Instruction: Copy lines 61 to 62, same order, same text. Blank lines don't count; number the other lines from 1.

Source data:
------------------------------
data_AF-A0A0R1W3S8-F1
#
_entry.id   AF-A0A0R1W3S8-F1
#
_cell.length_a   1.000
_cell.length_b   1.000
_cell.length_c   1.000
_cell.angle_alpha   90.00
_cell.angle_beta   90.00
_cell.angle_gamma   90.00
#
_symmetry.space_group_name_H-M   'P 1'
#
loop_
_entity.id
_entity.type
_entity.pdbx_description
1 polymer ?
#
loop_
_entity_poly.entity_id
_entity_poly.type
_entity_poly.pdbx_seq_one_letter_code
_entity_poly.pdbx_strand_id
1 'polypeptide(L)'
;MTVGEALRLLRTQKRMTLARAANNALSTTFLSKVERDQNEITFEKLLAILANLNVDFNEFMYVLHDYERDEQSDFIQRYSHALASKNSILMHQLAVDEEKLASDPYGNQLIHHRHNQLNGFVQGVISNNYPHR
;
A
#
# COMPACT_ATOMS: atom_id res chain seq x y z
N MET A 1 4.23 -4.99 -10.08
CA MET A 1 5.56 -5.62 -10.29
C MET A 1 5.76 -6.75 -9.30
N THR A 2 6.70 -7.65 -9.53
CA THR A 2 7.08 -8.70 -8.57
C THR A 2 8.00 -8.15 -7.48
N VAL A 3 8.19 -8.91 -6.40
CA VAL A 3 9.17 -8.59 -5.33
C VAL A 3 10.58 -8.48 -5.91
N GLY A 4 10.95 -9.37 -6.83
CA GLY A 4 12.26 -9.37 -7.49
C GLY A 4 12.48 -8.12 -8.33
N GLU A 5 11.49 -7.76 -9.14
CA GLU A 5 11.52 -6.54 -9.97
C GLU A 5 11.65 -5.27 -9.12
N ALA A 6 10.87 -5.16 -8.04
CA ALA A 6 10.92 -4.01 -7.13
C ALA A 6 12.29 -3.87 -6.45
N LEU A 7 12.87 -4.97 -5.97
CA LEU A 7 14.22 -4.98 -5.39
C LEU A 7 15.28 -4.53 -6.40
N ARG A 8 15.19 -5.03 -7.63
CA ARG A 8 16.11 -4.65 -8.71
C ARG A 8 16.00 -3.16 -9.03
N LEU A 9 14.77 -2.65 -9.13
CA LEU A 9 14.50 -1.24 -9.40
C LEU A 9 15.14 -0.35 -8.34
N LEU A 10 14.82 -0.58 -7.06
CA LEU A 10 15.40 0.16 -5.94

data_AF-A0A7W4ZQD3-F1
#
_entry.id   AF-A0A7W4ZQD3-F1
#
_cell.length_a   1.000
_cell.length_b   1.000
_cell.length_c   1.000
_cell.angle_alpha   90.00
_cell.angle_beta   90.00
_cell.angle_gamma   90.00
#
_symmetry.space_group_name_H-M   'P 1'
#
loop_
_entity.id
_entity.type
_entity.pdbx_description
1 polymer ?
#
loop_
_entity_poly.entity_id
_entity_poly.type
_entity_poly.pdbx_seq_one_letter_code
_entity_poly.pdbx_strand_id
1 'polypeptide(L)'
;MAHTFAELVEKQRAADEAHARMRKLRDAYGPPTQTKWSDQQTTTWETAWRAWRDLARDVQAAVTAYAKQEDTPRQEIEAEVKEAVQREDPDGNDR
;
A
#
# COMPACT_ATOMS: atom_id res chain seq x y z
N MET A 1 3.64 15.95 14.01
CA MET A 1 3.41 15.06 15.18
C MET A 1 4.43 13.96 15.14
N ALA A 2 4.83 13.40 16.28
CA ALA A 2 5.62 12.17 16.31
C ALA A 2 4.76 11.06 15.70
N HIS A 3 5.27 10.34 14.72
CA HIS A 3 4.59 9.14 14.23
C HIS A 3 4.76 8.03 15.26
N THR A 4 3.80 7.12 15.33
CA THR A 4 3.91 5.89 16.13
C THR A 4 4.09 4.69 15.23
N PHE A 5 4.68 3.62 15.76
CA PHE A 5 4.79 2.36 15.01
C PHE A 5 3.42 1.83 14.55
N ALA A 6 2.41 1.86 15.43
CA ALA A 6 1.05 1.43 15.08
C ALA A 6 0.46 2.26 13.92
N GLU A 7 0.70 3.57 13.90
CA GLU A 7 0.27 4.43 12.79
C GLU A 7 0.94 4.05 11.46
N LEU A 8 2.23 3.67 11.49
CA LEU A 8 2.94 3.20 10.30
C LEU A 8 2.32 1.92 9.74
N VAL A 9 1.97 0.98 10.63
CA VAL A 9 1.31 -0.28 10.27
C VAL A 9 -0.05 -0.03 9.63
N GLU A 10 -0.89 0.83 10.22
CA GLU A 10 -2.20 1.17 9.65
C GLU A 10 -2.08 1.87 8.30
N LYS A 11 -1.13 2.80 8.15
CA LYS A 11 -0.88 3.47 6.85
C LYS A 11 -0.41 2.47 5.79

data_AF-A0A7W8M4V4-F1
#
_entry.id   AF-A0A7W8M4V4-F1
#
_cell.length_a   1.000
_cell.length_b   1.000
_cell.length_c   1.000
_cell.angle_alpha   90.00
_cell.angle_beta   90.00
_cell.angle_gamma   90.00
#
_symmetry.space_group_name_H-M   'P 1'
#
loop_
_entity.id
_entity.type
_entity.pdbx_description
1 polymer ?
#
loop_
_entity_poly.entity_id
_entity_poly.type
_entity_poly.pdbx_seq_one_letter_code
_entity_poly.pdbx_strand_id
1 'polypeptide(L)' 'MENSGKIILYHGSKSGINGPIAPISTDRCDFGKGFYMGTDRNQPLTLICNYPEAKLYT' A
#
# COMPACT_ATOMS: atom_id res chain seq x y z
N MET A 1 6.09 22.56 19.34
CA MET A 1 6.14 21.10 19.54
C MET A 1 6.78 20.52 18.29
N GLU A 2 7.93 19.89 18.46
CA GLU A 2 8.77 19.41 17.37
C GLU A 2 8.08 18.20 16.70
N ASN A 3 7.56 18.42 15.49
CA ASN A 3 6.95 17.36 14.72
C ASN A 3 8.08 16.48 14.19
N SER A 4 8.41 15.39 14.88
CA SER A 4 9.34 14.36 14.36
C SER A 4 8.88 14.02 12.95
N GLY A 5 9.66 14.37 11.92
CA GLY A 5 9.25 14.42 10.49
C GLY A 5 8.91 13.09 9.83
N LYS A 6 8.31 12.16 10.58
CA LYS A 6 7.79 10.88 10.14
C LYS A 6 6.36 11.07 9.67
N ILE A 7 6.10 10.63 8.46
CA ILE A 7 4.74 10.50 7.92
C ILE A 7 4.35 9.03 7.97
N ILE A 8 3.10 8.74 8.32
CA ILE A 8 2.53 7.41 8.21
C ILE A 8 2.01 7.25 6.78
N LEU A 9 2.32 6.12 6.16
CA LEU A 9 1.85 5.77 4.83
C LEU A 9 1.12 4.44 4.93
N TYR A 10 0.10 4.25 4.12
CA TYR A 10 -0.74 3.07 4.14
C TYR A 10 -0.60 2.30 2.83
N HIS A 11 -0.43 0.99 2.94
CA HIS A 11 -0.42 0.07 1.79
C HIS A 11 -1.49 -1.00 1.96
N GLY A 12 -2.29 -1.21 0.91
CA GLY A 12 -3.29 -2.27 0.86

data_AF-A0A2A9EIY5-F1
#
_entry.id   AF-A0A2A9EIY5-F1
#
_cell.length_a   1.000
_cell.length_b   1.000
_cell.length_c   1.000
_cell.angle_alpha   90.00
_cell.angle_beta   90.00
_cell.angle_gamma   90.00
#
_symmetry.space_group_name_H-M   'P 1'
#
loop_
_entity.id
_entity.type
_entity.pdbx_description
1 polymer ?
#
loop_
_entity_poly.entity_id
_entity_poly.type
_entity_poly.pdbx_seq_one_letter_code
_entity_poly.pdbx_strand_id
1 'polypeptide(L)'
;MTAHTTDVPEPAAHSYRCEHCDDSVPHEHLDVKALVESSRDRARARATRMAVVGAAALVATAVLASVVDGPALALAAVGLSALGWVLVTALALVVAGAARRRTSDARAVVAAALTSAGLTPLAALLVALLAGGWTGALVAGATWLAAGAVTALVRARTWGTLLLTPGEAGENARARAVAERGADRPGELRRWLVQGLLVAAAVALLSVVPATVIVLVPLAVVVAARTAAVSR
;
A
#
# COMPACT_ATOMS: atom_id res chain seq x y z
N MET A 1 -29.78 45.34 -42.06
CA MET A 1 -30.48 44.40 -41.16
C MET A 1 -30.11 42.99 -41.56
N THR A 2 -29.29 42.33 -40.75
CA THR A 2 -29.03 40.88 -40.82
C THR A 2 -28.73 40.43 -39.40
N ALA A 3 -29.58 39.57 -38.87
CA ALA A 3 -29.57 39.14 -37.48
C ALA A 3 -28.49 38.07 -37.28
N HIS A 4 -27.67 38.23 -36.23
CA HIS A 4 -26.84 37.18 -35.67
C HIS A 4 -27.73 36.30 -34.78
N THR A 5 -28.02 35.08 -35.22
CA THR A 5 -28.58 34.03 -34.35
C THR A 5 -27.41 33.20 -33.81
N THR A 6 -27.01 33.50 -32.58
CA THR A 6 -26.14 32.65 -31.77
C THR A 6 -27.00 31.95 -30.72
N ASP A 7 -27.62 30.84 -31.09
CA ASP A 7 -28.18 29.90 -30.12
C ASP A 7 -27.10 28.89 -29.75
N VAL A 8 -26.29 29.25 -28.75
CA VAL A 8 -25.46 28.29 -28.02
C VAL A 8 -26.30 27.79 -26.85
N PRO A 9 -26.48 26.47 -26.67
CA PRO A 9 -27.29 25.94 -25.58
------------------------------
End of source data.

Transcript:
#
_entry.id   AF-A0A7W4ZQD3-F1